For a few decades around the turn of the last century, the Bertillon System (also Bertillonage, or Bertillonism) won over police departments throughout much of Europe and the new world. Even then, however, a rival system of identification was preparing for a remarkable come-from-behind rally. Fingerprinting is claimed by more than one inventor (like the rogues’ gallery, and indeed many innovations), but regardless of who played what role in combining the old idea with the right modern materials, once this was accomplished fingerprinting was nearly a classic “overnight success years in the making.”

Bertillonism didn’t vanish instantly. It was a familiar and entrenched incumbent, and that can count for much (as with the persistence of Imperial measurements in a mostly metric world, e.g.). William Pinkerton expended considerable effort encouraging America’s police to make the switch, a rare issue on which he found himself on the same side as his rival William Burns. Eventually fingerprinting won out, less because of high-profile advocates, and more because of front-line-grunt practicality: like Vidocq’s file system, in a way, Bertillonism was simply too reliant on a precise and dedicated intellect like that which first developed the system. The Bertillon system required patient, even fussy attention to a long list of details, every time. Fingerprinting, by contrast, is quick, and requires little expertise for the initial steps.

In 1902, Bertillon actually helped solve a murder case by matching a fingerprint on a piece of glass from the crime scene with that of a known criminal. The modest reputation as a pioneer in the method that followed was, however, ironic at best; Bertillon had added fingerprint records to his own system, but insisted to his dying day that they were no adequate substitute for Bertillonism, which he could see by then was on its way out.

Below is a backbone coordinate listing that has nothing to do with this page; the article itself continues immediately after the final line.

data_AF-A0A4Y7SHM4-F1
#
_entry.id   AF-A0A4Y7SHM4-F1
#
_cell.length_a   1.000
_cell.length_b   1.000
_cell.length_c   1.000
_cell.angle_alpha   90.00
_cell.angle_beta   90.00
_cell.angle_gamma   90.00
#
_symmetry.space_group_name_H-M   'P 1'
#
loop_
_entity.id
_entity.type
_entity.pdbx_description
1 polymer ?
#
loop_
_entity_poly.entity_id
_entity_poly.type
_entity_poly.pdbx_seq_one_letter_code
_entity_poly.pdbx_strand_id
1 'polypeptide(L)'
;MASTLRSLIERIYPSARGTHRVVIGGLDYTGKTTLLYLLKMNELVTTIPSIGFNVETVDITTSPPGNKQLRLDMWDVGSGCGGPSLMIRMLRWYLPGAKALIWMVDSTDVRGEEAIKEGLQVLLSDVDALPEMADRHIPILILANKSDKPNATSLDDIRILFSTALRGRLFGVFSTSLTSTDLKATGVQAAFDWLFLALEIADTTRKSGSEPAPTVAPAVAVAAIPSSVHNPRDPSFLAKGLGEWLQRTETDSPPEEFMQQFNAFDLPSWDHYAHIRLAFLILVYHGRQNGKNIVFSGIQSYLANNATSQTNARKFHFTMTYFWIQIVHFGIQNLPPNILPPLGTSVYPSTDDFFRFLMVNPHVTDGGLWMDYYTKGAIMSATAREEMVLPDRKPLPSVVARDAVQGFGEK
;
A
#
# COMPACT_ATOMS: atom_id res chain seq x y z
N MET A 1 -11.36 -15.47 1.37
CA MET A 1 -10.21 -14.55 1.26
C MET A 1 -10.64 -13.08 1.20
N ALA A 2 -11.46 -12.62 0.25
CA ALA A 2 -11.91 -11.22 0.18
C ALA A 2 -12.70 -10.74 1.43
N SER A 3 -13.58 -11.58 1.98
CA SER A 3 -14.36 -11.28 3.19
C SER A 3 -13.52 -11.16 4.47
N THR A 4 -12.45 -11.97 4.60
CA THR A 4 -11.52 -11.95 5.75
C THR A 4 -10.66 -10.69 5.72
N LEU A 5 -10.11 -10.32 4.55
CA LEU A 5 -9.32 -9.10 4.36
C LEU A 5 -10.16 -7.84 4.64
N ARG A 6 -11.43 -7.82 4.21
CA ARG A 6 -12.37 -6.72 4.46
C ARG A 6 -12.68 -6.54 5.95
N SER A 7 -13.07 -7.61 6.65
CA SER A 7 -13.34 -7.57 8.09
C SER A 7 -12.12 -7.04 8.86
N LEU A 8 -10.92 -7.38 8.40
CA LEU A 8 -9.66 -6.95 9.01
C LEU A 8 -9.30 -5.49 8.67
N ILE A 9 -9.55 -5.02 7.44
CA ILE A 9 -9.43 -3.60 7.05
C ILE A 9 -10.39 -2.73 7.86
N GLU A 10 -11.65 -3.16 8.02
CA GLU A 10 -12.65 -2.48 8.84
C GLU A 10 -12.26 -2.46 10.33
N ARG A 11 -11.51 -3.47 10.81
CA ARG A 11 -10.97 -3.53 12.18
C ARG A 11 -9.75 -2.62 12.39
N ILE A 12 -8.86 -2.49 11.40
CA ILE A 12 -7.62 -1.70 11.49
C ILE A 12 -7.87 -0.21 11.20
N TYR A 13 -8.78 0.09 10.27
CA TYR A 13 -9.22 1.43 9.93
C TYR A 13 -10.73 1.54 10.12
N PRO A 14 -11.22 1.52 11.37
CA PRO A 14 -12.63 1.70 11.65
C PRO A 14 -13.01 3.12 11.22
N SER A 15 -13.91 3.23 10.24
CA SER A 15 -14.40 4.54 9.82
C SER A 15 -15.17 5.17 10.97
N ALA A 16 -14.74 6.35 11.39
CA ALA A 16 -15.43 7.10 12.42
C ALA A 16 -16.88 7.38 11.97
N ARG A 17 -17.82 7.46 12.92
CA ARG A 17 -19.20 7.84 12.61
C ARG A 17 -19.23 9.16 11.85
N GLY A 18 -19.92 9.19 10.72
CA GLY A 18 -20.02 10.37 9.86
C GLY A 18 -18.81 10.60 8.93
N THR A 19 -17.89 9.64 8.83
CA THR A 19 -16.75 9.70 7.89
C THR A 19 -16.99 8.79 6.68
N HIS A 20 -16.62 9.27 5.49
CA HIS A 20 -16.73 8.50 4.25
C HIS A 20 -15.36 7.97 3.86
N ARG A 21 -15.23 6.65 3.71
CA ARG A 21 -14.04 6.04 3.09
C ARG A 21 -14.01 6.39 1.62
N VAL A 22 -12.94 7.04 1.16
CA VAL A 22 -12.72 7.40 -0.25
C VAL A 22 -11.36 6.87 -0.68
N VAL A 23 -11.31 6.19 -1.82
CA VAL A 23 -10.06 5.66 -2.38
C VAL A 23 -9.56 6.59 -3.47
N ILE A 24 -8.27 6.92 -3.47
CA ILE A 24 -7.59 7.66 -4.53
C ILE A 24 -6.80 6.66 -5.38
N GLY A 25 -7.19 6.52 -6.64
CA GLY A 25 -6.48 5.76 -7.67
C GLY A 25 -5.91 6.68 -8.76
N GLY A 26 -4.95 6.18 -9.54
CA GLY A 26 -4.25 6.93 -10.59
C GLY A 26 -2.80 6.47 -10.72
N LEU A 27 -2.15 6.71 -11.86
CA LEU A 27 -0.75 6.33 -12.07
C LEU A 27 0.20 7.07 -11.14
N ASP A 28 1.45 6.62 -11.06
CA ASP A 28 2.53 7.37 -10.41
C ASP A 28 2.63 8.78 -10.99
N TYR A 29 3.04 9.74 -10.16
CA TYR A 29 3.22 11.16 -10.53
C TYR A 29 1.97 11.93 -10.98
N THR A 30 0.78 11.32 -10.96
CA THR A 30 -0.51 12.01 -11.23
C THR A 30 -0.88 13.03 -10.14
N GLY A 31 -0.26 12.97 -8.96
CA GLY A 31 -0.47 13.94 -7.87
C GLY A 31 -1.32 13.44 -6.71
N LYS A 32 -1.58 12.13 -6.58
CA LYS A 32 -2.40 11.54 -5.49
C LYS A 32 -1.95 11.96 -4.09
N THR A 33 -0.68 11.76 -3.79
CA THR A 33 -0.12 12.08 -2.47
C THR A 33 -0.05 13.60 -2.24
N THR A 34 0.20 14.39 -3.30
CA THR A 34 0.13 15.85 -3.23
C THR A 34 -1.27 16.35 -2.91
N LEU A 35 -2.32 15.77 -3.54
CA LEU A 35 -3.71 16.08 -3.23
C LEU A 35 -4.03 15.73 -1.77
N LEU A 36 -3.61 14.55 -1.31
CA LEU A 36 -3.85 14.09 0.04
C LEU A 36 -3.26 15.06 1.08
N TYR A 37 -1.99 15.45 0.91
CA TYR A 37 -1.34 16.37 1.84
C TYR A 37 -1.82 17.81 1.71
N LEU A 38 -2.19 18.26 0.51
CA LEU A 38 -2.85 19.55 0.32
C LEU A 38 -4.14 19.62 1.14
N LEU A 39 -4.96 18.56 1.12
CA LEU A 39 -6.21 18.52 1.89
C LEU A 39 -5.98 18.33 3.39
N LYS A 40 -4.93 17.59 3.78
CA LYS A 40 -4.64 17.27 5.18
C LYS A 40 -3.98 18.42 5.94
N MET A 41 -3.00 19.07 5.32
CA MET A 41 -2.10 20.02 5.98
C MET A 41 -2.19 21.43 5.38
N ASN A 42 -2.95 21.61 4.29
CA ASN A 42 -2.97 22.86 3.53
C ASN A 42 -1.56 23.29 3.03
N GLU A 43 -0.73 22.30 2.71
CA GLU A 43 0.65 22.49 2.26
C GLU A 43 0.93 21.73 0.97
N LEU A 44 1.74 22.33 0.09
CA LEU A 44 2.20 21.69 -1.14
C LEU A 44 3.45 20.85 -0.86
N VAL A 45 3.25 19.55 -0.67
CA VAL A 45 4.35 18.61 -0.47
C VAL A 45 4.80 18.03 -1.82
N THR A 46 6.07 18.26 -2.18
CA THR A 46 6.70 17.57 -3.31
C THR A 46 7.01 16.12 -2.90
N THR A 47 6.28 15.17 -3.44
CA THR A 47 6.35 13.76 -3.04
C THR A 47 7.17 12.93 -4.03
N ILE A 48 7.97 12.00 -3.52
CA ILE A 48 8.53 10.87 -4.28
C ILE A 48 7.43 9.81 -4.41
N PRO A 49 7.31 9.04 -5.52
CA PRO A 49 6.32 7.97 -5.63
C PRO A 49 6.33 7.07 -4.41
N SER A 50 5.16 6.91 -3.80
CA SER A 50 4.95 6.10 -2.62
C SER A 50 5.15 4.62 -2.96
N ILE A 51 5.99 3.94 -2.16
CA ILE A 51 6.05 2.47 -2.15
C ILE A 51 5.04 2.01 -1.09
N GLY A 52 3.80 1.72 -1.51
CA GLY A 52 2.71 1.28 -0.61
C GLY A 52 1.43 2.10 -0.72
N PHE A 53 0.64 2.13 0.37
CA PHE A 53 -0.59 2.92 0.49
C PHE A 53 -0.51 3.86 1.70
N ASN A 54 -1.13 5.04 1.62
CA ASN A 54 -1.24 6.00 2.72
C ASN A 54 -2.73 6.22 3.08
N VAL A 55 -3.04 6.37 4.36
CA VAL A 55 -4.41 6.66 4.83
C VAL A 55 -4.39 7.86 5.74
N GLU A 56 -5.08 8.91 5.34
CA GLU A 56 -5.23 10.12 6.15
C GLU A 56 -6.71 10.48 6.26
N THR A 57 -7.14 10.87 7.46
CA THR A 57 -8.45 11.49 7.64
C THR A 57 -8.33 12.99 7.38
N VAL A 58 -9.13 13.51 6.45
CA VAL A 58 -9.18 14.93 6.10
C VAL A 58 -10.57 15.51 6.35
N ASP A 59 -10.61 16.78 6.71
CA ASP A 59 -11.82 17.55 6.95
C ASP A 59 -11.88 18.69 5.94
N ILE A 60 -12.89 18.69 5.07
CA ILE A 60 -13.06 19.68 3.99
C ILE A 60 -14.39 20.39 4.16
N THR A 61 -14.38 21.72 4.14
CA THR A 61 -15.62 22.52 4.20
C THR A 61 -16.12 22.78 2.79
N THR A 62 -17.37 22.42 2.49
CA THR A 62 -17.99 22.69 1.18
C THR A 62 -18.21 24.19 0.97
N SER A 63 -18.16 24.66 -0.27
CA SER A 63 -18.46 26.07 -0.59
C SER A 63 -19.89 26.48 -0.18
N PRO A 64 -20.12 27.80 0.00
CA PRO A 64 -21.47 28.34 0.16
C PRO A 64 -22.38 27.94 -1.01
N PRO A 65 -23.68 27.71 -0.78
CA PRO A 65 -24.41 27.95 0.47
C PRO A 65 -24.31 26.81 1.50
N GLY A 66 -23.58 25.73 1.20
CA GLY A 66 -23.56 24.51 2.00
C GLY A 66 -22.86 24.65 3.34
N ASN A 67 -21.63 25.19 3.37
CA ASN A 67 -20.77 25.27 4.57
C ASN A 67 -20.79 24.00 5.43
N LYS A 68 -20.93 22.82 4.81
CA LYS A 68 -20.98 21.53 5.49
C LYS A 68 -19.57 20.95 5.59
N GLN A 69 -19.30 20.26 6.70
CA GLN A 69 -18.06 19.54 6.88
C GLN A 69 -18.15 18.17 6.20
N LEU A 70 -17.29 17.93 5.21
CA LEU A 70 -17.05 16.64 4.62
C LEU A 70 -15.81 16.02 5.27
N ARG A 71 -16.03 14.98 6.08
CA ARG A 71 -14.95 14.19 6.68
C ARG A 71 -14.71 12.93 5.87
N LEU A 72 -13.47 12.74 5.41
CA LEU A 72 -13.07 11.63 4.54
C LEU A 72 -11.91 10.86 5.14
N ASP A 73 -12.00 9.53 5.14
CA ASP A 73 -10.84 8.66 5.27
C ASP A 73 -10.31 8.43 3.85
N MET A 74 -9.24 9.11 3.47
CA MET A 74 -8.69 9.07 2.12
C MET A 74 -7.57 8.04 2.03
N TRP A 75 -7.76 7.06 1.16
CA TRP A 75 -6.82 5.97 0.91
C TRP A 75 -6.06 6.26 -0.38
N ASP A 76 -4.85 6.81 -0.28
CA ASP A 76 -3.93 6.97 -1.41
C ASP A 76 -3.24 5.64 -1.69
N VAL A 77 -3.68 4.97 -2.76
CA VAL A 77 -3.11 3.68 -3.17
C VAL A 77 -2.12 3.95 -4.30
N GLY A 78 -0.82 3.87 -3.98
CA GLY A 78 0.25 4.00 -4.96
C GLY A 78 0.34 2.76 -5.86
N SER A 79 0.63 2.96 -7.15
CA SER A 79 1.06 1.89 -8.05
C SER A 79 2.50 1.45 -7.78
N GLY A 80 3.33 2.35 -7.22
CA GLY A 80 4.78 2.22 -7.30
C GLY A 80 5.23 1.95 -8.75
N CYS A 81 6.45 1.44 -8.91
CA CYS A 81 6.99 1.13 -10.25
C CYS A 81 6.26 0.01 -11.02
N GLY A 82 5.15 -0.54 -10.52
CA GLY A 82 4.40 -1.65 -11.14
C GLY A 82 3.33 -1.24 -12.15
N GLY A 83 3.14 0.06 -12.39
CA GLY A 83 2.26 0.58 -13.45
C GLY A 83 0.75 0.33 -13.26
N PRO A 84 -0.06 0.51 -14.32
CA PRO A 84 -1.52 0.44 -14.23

Alphonse Bertillon’s career was more than just the invention of Bertillonism and its eclipse by fingerprinting. He introduced other advances in the application of photography and forensics to criminology, and even played key roles in solving specific crimes on occasion. Unfortunately, one of his experiments produced an even more dismal result than Bertillonism’s bubble; amid the Dreyfus Affair, Bertillon applied handwriting analysis to key documents in the case and first declared them unlike the penmanship of accused spy Alfred Dreyfus, then changed his verdict and claimed that Dreyfus had probably disguised his handwriting but had written the incriminating texts. Some authors suggest that Bertillon was responding to pressure from French authorities, but whatever his motivation, it did little to prevent the later decline of Bertillon’s reputation.

In this, however, Bertillon probably suffered as much from bad luck as anything, and moreover has good company in most of the great detectives even if he was never genuinely one of their number. Some met with similar scandal, others managed to avoid it, but in the long term it made little difference against the simple but tremendous forces of time and forgetfulness.